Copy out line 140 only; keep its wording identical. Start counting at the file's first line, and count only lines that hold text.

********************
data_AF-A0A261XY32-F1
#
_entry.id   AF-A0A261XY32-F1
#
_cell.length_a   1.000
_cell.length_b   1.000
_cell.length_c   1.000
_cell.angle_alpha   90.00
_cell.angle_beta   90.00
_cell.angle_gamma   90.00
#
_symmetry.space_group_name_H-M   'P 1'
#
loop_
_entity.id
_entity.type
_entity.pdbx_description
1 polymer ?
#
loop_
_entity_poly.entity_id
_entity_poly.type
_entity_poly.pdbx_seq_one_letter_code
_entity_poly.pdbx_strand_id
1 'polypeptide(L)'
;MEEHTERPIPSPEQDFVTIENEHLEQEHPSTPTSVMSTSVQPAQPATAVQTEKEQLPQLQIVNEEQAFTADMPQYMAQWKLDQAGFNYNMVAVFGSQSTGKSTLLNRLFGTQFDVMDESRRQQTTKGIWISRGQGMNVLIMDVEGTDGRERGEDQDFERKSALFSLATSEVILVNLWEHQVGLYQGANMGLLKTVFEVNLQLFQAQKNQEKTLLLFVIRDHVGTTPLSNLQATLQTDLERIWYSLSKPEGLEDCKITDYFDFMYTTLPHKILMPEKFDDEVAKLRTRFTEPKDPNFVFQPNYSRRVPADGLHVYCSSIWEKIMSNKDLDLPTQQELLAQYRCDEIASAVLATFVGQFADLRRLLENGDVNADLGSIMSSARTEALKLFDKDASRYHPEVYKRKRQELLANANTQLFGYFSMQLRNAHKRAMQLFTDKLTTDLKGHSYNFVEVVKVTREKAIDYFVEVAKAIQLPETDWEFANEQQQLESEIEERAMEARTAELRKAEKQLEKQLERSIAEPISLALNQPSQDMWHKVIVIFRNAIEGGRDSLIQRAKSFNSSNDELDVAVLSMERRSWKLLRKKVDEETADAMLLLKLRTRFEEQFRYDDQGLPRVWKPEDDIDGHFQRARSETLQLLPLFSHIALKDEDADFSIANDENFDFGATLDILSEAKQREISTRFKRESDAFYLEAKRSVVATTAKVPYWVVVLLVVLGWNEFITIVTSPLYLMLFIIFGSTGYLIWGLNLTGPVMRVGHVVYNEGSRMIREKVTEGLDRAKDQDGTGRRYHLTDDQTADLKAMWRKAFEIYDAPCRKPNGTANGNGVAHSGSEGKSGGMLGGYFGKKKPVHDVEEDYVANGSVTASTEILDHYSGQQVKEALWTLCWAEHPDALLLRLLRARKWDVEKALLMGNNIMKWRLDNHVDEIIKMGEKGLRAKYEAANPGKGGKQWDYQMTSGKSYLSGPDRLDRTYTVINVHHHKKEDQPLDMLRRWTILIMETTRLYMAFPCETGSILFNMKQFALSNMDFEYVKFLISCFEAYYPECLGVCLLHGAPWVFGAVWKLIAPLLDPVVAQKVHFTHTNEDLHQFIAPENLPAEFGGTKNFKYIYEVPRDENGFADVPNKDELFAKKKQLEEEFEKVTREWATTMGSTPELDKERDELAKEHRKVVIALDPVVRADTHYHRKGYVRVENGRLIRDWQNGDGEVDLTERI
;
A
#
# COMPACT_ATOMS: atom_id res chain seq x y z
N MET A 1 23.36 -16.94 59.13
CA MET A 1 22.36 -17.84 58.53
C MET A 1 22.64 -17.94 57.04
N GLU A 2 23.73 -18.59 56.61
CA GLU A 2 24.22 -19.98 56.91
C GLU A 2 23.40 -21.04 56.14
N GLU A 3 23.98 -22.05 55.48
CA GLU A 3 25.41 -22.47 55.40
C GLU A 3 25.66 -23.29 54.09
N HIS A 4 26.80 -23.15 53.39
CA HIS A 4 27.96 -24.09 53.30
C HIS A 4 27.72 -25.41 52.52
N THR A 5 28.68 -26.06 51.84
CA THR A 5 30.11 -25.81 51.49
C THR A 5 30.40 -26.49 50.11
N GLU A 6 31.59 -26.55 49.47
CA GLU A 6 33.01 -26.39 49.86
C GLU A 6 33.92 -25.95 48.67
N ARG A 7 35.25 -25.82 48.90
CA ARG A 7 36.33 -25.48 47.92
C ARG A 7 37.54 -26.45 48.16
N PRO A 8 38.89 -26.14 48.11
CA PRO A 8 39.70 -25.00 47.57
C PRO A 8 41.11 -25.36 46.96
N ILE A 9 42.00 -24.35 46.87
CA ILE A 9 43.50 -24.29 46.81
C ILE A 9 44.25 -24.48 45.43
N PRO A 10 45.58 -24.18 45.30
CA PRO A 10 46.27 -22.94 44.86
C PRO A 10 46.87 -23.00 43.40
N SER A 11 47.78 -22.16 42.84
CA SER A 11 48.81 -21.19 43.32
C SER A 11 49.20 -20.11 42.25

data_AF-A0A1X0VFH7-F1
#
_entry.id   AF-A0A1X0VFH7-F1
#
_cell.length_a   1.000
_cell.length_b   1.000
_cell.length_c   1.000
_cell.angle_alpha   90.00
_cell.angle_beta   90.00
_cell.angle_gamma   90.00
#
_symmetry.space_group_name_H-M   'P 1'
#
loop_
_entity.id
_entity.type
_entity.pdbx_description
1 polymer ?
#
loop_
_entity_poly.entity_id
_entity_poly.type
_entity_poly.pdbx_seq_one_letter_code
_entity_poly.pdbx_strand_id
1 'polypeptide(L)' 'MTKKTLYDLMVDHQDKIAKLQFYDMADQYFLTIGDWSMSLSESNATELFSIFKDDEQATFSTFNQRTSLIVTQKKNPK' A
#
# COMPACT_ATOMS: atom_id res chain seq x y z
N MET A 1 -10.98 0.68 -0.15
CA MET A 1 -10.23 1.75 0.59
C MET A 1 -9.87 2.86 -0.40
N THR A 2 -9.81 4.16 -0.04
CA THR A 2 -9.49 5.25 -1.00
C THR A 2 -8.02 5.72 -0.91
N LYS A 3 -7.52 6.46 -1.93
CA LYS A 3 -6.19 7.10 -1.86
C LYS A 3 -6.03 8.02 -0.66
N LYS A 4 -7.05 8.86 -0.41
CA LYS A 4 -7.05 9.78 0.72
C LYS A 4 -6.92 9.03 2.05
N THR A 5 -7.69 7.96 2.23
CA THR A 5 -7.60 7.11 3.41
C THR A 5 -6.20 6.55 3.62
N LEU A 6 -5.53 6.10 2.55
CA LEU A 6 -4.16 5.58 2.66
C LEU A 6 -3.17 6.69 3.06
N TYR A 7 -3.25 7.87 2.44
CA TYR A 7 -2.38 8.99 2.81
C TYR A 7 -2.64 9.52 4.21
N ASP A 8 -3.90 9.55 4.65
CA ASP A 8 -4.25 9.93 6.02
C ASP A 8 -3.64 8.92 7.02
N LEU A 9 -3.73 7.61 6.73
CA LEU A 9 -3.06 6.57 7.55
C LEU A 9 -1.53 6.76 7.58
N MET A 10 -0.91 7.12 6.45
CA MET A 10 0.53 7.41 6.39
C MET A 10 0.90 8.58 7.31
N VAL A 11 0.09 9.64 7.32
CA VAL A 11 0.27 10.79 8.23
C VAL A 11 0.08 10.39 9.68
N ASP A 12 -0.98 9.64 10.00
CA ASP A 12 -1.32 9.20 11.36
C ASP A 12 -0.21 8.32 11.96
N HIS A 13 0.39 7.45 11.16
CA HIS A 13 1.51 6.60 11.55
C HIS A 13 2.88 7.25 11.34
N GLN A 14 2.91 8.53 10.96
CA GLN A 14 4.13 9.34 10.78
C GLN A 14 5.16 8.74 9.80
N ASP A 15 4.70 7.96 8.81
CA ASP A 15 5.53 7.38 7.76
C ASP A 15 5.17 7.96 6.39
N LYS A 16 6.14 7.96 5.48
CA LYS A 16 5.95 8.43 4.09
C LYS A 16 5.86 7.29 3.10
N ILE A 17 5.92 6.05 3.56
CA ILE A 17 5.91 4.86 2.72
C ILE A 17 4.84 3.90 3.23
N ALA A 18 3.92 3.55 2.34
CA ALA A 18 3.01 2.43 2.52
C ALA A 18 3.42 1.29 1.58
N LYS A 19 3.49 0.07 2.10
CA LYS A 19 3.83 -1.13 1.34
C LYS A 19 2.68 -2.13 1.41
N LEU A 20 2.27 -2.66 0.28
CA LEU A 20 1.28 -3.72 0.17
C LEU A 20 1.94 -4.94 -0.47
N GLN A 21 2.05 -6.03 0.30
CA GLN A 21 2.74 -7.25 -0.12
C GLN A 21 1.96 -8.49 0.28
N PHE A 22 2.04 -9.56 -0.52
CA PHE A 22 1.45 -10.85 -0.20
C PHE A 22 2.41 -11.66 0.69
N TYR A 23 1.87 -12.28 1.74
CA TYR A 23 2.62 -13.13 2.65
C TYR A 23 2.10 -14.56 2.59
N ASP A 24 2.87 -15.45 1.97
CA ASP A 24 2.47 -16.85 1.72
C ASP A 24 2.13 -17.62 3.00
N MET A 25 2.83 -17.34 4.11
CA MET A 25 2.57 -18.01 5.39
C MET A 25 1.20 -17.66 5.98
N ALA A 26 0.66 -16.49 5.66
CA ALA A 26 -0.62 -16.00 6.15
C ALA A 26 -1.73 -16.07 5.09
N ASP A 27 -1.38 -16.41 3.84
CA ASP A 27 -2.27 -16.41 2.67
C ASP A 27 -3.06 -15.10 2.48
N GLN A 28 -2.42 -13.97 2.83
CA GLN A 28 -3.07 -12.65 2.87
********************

CA ILE A 17 5.91 4.86 2.72